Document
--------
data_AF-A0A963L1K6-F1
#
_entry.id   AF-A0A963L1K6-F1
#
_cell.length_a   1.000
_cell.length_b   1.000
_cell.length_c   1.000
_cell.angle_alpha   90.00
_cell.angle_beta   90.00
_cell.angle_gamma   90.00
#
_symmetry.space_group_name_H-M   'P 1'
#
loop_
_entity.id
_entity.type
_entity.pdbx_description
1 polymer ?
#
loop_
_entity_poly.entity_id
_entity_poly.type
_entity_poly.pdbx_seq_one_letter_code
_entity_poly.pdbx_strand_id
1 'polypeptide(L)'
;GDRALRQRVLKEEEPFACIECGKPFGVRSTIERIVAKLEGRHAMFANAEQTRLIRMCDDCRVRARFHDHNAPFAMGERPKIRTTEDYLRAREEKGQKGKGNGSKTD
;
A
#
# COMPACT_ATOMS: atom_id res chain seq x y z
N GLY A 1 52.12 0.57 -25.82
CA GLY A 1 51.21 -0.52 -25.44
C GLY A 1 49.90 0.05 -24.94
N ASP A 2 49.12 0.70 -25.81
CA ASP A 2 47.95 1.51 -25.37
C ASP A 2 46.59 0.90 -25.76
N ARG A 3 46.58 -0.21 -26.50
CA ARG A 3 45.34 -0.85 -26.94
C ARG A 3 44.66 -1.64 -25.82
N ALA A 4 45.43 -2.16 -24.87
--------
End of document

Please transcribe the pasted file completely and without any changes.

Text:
data_AF-A0A963L1K6-F1
#
_entry.id   AF-A0A963L1K6-F1
#
_cell.length_a   1.000
_cell.length_b   1.000
_cell.length_c   1.000
_cell.angle_alpha   90.00
_cell.angle_beta   90.00
_cell.angle_gamma   90.00
#
_symmetry.space_group_name_H-M   'P 1'
#
loop_
_entity.id
_entity.type
_entity.pdbx_description
1 polymer ?
#
loop_
_entity_poly.entity_id
_entity_poly.type
_entity_poly.pdbx_seq_one_letter_code
_entity_poly.pdbx_strand_id
1 'polypeptide(L)'
;GDRALRQRVLKEEEPFACIECGKPFGVRSTIERIVAKLEGRHAMFANAEQTRLIRMCDDCRVRARFHDHNAPFAMGERPKIRTTEDYLRAREEKGQKGKGNGSKTD
;
A
#
# COMPACT_ATOMS: atom_id res chain seq x y z
N GLY A 1 52.12 0.57 -25.82
CA GLY A 1 51.21 -0.52 -25.44
C GLY A 1 49.90 0.05 -24.94
N ASP A 2 49.12 0.70 -25.81
CA ASP A 2 47.95 1.51 -25.37
C ASP A 2 46.59 0.90 -25.76
N ARG A 3 46.58 -0.21 -26.50
CA ARG A 3 45.34 -0.85 -26.94
C ARG A 3 44.66 -1.64 -25.82
N ALA A 4 45.43 -2.16 -24.87